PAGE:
Friday, February 27, 2009

The Shi'a in the Modern World

Twelver Shi'i religious scholars ('ulama) and seminary (al-Hawza al-'Ilmiyya) students in the Shi'i shrine city of al-Najaf al-Ashraf in southern Iraq.

Draft version of my encyclopedia article published in The Oxford Encyclopedia of the Modern World (Oxford University Press, 2008). The article was supposed to cover the modern history of the Shi'a, all groups, in approximately 600-750 words. A tall order, indeed!

The Shī‘a coalesced as a distinct movement in the centuries following the death of the Prophet Muhammad in 632 and in opposition to the majority of the Muslim community, the Sunnīs, over the nature of his succession. Unlike the Sunnīs, the Shī‘a believed that political and religious authority should be handed down through a predetermined line of infallible leaders (Imams) through the bloodline of the Muhammad’s son-in-law and cousin ‘Alī ibn Abī Ṭālib and his wife, Fātimah, the prophet’s daughter. Internal divisions within the Shī‘ī community over the succession to the fourth Imam, ‘Alī Zayn al-‘Ābidīn, and the sixth Imam, Ja‘far al-Ṣādiq during the seventh and eighth centuries led to the separation of the Ismā‘īliyya and Zaydīyya sects from the majority Imāmiyya “Twelver” Shī‘a (hereafter Shī‘ī)

During the twentieth century, the Imāmiyya Shī‘ī communities in Iran, Syria-Lebanon, and Iraq, where they are the largest single sectarian group, have emerged at the forefront of world affairs. The Shī‘a are also a majority in Bahrāyn and Azerbaijan and are a significant minority in Saudi Arabia, Syria, Pakistan, Kuwait, the United Arab Emirates, Turkey, and Afghanistan. Today the Ismā‘īlis are divided into several groups with the most prominent of them being the Nizarīs led by the fourth Āghā Khān. The Zaydīs make up upwards of 30 percent of Yemen’s population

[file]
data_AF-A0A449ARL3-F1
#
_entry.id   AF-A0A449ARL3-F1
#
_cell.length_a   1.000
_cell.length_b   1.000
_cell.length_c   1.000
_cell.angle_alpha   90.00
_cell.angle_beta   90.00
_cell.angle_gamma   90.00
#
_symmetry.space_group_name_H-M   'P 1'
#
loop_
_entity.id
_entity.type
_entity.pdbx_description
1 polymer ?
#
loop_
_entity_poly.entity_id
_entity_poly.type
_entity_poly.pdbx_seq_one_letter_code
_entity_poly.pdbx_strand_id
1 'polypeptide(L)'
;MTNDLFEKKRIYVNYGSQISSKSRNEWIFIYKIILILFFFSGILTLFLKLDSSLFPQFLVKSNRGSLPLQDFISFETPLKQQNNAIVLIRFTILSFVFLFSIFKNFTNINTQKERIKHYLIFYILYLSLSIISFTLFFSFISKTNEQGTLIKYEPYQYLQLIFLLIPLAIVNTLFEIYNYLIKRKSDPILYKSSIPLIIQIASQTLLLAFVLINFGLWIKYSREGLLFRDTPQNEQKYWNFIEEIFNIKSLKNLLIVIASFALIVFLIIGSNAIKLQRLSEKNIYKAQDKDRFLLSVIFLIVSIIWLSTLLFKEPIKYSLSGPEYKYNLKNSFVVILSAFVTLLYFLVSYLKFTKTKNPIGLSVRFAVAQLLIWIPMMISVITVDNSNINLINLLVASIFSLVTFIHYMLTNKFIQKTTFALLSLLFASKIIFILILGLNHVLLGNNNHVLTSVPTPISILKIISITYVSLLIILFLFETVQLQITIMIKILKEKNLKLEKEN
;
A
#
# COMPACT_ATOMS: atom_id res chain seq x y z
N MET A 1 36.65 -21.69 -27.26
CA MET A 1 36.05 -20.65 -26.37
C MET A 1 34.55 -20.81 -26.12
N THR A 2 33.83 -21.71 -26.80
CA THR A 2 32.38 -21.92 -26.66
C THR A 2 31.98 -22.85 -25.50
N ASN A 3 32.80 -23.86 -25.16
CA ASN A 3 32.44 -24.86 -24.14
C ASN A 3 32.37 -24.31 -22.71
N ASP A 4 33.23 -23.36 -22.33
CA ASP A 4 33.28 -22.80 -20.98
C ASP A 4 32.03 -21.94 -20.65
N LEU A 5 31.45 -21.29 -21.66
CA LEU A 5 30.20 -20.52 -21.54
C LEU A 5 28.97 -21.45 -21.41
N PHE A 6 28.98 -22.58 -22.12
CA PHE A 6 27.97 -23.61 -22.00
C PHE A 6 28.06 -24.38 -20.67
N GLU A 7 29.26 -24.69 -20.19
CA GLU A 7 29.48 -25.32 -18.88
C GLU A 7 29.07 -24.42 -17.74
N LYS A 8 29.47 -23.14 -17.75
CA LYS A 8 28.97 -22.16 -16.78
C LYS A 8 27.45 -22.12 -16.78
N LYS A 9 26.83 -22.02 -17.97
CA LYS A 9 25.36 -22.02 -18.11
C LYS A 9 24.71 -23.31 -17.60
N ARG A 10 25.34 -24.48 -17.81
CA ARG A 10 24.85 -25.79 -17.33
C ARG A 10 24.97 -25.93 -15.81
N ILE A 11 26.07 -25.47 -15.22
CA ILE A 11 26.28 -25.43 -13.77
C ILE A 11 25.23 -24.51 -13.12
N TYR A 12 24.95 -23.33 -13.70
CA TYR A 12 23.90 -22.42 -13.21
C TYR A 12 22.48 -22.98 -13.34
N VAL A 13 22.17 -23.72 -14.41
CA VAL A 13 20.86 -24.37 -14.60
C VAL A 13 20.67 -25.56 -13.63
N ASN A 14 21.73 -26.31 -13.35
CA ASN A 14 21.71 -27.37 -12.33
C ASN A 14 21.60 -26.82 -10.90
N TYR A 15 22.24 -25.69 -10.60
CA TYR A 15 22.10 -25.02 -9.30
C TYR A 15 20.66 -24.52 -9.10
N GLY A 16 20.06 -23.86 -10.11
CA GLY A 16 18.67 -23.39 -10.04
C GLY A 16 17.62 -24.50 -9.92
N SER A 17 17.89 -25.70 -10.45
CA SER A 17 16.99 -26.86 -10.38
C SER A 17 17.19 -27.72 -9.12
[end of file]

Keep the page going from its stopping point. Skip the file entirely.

̣Under the Safavids in Iran (1501-1736), whose founder Ismā‘īl declared Imāmi Shi‘ism the state religion of his empire and invited Shī‘ī clerics (‘ulamā’) from Syria, Iraq, and eastern Arabia to settle in his realm, the ‘ulamā’s societal role was solidified and they began to play a political as well as religious role in society. Under the Qājārs (1796-1926) the hierarchical structure of the ‘ulamā’ was formalized and Ụsūlīsm, whose practitioners supported the reasoned interpretation (ijtihād) of the Qur’an and religious legal sources, became the dominant school of thought over the literalist Akhbārīs, who had risen to prominence during the late Ṣafavid period.

Ayatullah al-Sayyid al-Shahid Muhammad Sadiq al-Sadr, father of Muqtada al-Sadr. He was assassinated with two of his four sons in 1999 by agents of Saddam Husayn's regime. He was mortally wounded (shown here) and died soon thereafter in the hospital of his wounds.